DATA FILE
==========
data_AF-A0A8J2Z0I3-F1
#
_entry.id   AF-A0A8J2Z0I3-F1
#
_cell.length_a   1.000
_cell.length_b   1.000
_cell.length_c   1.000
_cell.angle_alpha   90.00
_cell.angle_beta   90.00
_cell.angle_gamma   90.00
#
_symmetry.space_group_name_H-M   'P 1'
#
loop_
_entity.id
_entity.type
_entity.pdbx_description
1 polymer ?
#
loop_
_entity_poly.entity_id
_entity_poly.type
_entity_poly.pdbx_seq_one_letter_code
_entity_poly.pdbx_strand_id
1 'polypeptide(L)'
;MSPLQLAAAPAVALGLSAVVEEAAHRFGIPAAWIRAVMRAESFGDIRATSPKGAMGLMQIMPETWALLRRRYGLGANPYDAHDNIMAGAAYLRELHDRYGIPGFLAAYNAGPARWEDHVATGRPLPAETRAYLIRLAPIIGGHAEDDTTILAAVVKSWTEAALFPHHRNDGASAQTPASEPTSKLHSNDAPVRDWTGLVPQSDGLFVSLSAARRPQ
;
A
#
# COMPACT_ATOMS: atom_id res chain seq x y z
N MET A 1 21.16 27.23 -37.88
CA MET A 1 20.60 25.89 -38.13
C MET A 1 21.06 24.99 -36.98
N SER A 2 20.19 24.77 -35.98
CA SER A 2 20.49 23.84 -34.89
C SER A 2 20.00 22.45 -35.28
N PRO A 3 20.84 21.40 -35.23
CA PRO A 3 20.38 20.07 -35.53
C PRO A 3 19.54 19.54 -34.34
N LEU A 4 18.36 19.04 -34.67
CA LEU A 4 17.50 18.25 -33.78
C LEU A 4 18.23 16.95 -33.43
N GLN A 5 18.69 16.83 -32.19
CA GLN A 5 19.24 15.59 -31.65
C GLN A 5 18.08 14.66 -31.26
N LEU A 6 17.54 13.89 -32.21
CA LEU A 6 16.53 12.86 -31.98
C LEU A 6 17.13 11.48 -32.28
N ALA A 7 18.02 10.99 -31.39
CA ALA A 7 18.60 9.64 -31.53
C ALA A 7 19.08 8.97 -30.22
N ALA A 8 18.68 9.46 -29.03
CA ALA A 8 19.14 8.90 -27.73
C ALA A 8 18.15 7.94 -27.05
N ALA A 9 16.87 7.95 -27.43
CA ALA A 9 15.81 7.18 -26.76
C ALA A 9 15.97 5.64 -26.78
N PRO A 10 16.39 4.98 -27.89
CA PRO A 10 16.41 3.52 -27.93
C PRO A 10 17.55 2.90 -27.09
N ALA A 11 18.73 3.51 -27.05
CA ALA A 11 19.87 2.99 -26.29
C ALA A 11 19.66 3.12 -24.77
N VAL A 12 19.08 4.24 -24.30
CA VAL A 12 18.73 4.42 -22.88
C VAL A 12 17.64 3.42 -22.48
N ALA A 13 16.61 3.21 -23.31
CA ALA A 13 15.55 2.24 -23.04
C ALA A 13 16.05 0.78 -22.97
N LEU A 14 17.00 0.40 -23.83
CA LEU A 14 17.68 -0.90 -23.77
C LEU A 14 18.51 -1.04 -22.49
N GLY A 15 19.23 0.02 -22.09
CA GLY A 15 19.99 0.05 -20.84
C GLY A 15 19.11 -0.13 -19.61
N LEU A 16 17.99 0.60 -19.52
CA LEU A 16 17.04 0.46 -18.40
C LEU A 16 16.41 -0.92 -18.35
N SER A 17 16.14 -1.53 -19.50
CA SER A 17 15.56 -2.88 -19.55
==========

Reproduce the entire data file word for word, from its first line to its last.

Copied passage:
data_AF-A0A8J2Z0I3-F1
#
_entry.id   AF-A0A8J2Z0I3-F1
#
_cell.length_a   1.000
_cell.length_b   1.000
_cell.length_c   1.000
_cell.angle_alpha   90.00
_cell.angle_beta   90.00
_cell.angle_gamma   90.00
#
_symmetry.space_group_name_H-M   'P 1'
#
loop_
_entity.id
_entity.type
_entity.pdbx_description
1 polymer ?
#
loop_
_entity_poly.entity_id
_entity_poly.type
_entity_poly.pdbx_seq_one_letter_code
_entity_poly.pdbx_strand_id
1 'polypeptide(L)'
;MSPLQLAAAPAVALGLSAVVEEAAHRFGIPAAWIRAVMRAESFGDIRATSPKGAMGLMQIMPETWALLRRRYGLGANPYDAHDNIMAGAAYLRELHDRYGIPGFLAAYNAGPARWEDHVATGRPLPAETRAYLIRLAPIIGGHAEDDTTILAAVVKSWTEAALFPHHRNDGASAQTPASEPTSKLHSNDAPVRDWTGLVPQSDGLFVSLSAARRPQ
;
A
#
# COMPACT_ATOMS: atom_id res chain seq x y z
N MET A 1 21.16 27.23 -37.88
CA MET A 1 20.60 25.89 -38.13
C MET A 1 21.06 24.99 -36.98
N SER A 2 20.19 24.77 -35.98
CA SER A 2 20.49 23.84 -34.89
C SER A 2 20.00 22.45 -35.28
N PRO A 3 20.84 21.40 -35.23
CA PRO A 3 20.38 20.07 -35.53
C PRO A 3 19.54 19.54 -34.34
N LEU A 4 18.36 19.04 -34.67
CA LEU A 4 17.50 18.25 -33.78
C LEU A 4 18.23 16.95 -33.43
N GLN A 5 18.69 16.83 -32.19
CA GLN A 5 19.24 15.59 -31.65
C GLN A 5 18.08 14.66 -31.26
N LEU A 6 17.54 13.89 -32.21
CA LEU A 6 16.53 12.86 -31.98
C LEU A 6 17.13 11.48 -32.28
N ALA A 7 18.02 10.99 -31.39
CA ALA A 7 18.60 9.64 -31.53
C ALA A 7 19.08 8.97 -30.22
N ALA A 8 18.68 9.46 -29.03
CA ALA A 8 19.14 8.90 -27.73
C ALA A 8 18.15 7.94 -27.05
N ALA A 9 16.87 7.95 -27.43
CA ALA A 9 15.81 7.18 -26.76
C ALA A 9 15.97 5.64 -26.78
N PRO A 10 16.39 4.98 -27.89
CA PRO A 10 16.41 3.52 -27.93
C PRO A 10 17.55 2.90 -27.09
N ALA A 11 18.73 3.51 -27.05
CA ALA A 11 19.87 2.99 -26.29
C ALA A 11 19.66 3.12 -24.77
N VAL A 12 19.08 4.24 -24.30
CA VAL A 12 18.73 4.42 -22.88
C VAL A 12 17.64 3.42 -22.48
N ALA A 13 16.61 3.21 -23.31
CA ALA A 13 15.55 2.24 -23.04
C ALA A 13 16.05 0.78 -22.97
N LEU A 14 17.00 0.40 -23.83
CA LEU A 14 17.68 -0.90 -23.77
C LEU A 14 18.51 -1.04 -22.49
N GLY A 15 19.23 0.02 -22.09
CA GLY A 15 19.99 0.05 -20.84
C GLY A 15 19.11 -0.13 -19.61
N LEU A 16 17.99 0.60 -19.52
CA LEU A 16 17.04 0.46 -18.40
C LEU A 16 16.41 -0.92 -18.35
N SER A 17 16.14 -1.53 -19.50
CA SER A 17 15.56 -2.88 -19.55